Birmingham pro-bono legal group gets grant
By Russell Hubbard, The Birmingham News
September 18, 2012
BIRMINGHAM, Alabama -- The Alabama Civil Justice Foundation has awarded $22,500 to the Birmingham Volunteer Lawyers Program to increase legal assistance to low-income families.
The money will go to the general operating budget of the Birmingham VLP, which provides free legal assistance to indigent people litigating civil matters. In 2011, the program served more clients than ever, opening 1209 cases and closing 1053 cases. The program began in 1991.
"I am proud the Civil Justice Foundation can support the outstanding work of the Birmingham Volunteer Lawyers Program and other volunteer lawyers around the state," said Birmingham attorney Jeffrey Rickard, president of the ACJF board. "There is a growing need to help those too impoverished to afford a lawyer with their legal problems."
The Birmingham pro bono organizatoin is one of four volunteer lawyer programs awarded $90,000 by ACJF. Others are the Madison County Volunteer Lawyers Program; the Montgomery County Bar Volunteer Lawyers Program; and the South Alabama Volunteer Lawyers Program.
ACJF was created by lawyers in 1993. The grant-making foundation in recent years has focused on promoting equal access to courts and addressing the needs of families and children.
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Budget Cuts to Archives Put History Out of Reach
By KIM SEVERSON, The New York Times
September 27, 2012
MORROW, Ga. — The Georgia Archives, which holds both historical curiosities and virtually every important state government document ever created, is about to become nearly impossible to visit.
In November, a round of government budget cuts will reduce the staff to three, one of them the maintenance man. Thousands of documents that pour in every month are likely to languish because no one will be available to sort through them, archives officials said. People who view accurate and open government records as the bedrock of democracy are outraged.
The move will make Georgia the only state without an archives open to the public on a regular basis. But this closing is simply the most severe symptom of a greater crisis facing permanent government collections in nearly every state, professional archivists say.
An amalgam of recession-driven budget cuts and fast-moving technological changes could result in a black hole of government information whose impact might not be understood for decades.
“When our humor gets black, we talk about this as a period of time that could be the Dark Ages for public records,” said Vicki Walch, the executive director of the Council of State Archivists. “Fifteen years on either side of the year 2000 is very dicey.”
Every state has an archive, which is mandated to hold the official records of government and, by default, the history of the state.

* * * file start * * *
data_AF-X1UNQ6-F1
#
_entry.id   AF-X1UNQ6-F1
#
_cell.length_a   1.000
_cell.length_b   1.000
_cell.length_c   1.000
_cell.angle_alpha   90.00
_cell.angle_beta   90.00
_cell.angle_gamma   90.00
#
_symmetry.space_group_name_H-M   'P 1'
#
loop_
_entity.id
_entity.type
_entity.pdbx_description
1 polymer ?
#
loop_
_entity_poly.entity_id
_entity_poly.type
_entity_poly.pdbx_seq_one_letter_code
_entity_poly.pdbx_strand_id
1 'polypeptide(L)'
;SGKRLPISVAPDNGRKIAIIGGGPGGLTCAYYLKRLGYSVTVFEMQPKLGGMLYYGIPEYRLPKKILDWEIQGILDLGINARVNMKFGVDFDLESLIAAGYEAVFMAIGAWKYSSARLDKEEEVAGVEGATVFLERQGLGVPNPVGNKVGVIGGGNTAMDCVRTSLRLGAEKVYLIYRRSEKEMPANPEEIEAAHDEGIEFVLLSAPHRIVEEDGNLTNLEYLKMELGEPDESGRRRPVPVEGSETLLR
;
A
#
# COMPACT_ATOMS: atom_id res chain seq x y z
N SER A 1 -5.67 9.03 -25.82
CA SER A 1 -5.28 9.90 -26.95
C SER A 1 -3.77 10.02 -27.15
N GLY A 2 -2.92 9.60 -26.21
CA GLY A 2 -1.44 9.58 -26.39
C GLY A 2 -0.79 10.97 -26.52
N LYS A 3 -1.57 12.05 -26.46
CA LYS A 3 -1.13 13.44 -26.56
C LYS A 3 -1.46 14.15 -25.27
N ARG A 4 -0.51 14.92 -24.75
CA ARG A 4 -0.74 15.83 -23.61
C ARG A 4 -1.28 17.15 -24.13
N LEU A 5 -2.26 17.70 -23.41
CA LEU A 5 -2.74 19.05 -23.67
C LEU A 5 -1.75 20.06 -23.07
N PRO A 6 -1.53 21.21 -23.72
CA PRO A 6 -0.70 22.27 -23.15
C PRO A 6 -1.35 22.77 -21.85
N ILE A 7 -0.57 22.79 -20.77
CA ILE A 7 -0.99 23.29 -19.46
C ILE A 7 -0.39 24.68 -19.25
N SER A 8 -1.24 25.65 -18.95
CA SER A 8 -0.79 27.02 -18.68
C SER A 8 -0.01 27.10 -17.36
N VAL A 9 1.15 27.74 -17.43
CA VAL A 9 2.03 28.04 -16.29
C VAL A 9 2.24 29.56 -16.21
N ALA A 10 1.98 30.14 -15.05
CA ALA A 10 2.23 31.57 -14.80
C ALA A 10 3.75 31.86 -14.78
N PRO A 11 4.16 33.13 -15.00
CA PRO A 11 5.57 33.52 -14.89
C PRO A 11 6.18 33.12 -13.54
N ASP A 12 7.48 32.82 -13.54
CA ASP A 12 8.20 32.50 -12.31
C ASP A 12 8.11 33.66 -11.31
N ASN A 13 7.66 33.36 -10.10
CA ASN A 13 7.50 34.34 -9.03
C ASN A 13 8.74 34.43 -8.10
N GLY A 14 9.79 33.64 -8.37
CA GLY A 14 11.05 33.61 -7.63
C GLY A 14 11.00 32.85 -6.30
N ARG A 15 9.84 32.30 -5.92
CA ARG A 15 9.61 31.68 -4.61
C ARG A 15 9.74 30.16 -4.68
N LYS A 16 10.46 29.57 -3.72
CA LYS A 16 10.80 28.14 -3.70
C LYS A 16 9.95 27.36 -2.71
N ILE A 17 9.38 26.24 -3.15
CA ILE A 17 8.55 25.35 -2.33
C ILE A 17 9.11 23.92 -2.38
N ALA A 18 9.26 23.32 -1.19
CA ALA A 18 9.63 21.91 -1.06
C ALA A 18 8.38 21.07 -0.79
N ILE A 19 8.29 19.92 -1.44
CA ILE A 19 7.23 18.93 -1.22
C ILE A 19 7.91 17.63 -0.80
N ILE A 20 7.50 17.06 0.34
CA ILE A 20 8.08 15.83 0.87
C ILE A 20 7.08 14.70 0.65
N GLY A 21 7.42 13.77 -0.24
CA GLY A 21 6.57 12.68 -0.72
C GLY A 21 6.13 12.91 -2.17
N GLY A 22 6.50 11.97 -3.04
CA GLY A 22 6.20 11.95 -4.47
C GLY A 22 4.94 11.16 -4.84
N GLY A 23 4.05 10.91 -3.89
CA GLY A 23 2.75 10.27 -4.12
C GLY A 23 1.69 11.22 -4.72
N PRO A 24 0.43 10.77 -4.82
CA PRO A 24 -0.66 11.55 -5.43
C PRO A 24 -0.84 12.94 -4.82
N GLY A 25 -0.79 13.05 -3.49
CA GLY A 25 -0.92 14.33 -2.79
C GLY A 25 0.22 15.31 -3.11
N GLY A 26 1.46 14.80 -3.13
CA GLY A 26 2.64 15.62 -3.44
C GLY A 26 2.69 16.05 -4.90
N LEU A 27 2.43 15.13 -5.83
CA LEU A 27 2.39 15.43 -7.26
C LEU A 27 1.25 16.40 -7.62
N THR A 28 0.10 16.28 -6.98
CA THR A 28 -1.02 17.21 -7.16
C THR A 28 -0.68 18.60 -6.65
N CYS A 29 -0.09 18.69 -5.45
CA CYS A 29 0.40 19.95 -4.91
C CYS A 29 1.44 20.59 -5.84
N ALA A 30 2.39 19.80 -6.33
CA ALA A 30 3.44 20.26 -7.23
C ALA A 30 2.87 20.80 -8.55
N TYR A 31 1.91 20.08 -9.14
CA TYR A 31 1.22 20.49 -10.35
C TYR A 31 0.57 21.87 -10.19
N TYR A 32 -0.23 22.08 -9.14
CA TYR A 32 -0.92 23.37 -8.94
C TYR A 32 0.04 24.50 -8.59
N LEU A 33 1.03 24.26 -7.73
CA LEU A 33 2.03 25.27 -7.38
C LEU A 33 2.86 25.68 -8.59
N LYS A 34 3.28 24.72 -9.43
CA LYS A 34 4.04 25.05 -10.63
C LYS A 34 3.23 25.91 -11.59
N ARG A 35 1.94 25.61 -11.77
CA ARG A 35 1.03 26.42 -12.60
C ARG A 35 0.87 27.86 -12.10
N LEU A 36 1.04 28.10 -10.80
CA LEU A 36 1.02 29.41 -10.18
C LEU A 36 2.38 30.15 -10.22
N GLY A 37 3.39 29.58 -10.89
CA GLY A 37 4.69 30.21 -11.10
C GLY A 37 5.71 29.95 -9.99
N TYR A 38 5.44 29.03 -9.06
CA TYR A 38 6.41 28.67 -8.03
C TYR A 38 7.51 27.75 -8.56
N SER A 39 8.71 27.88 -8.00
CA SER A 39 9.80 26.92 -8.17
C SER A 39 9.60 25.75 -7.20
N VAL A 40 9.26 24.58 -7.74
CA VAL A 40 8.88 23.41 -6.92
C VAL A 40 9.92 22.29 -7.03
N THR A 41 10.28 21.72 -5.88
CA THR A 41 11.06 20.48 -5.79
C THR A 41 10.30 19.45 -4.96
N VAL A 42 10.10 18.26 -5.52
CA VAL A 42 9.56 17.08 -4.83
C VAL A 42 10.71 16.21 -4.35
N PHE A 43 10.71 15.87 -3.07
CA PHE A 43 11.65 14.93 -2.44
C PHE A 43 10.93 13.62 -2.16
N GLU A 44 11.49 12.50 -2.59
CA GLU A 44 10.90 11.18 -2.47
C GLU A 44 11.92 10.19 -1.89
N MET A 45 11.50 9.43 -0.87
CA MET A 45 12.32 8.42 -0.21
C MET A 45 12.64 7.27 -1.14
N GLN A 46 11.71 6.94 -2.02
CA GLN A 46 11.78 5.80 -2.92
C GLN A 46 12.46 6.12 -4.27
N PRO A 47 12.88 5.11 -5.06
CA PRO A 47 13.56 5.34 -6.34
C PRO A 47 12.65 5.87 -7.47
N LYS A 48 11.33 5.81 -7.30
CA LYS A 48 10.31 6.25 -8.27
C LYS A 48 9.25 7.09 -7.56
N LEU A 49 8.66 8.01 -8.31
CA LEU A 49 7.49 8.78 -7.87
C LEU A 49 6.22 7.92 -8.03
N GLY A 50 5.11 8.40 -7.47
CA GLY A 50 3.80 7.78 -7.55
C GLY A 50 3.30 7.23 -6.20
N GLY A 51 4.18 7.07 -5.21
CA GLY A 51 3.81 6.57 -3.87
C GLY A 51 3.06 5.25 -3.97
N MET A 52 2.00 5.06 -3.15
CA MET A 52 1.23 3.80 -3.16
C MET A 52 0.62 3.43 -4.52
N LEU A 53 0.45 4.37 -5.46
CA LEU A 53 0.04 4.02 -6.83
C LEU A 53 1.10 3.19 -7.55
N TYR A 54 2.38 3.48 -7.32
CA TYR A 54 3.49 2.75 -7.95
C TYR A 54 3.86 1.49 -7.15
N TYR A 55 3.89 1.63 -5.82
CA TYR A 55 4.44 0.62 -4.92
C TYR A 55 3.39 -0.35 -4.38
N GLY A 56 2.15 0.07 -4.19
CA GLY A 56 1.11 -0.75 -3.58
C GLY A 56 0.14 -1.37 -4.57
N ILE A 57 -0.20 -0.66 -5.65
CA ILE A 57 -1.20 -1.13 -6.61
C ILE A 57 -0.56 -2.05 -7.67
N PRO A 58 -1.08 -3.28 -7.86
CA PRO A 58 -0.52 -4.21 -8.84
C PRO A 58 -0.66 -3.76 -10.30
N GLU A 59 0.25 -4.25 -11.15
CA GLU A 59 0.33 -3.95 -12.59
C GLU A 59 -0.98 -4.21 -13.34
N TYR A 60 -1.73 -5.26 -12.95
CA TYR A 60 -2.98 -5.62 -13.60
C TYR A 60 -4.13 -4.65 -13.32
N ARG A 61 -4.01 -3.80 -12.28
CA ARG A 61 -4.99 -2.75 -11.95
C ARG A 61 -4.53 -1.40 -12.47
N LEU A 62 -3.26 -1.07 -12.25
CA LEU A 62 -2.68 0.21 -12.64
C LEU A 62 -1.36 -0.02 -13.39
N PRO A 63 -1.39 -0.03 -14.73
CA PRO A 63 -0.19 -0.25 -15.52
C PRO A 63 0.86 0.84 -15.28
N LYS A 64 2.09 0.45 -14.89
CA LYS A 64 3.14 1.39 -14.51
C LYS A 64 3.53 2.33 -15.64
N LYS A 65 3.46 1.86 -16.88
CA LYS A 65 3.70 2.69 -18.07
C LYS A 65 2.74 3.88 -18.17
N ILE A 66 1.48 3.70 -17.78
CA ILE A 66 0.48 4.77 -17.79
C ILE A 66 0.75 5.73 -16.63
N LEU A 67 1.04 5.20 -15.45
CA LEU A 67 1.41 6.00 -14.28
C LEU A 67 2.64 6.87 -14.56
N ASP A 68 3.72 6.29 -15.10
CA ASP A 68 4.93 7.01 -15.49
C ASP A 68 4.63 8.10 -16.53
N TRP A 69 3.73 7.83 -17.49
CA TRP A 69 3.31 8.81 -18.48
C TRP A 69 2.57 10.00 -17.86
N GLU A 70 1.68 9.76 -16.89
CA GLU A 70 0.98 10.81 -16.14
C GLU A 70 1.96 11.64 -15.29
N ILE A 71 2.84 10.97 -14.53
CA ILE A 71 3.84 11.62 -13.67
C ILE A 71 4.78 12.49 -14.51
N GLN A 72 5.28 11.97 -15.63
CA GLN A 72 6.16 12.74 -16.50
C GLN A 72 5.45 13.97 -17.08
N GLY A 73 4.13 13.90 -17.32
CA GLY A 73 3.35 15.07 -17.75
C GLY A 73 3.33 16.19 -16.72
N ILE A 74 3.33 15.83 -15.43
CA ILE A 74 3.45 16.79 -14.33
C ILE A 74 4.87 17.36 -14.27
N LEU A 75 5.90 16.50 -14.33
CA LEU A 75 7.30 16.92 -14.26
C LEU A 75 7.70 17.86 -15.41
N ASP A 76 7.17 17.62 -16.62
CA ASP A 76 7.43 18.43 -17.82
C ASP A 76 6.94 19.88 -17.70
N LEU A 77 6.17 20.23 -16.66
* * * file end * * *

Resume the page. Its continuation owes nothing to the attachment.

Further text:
Laws governing which records must be saved and for how long vary from state to state. But all archives offer a trove of information. One can track who met with a governor, trace the history of every state law, find out whether a particular person held a professional license and pore over tax records.
Genealogy is big business for archives, too. As part of a television series, the restaurateur and cookbook author Paula Deen searched for her family history at the Georgia building here and discovered an ancestor who once owned slaves.
The records are often used to settle legal disputes. When two Georgia counties were in a fight over the sales tax revenue from a lucrative Bass Pro shop that straddled their boundaries, they turned to the state archives to settle things.
“The archives are like an insurance policy,” said Richard Pearce-Moses, director of the archival studies program at Clayton State University, which is near the Georgia Archives Building south of Atlanta. “There is a good chance we might never need to know where the county line is, but when we do, we really, really need to know.”
Increasingly, government records are being produced electronically, and agencies use a variety of software to collect and store them. But technology is changing so quickly that few protocols exist on how to gather and protect digital records from tampering. That applies to those once produced on paper as well as new forms of communication, like government Web sites and Facebook pages.
As a result, governments have to decide at what point an electronic birth certificate, for example, will be considered an acceptable legal document.
“A lot of this is untested in court,” said Sarah Koonts, the director of archives and records in North Carolina. “What kind of metadata do we need to have around an electronic record to prove it’s authentic?”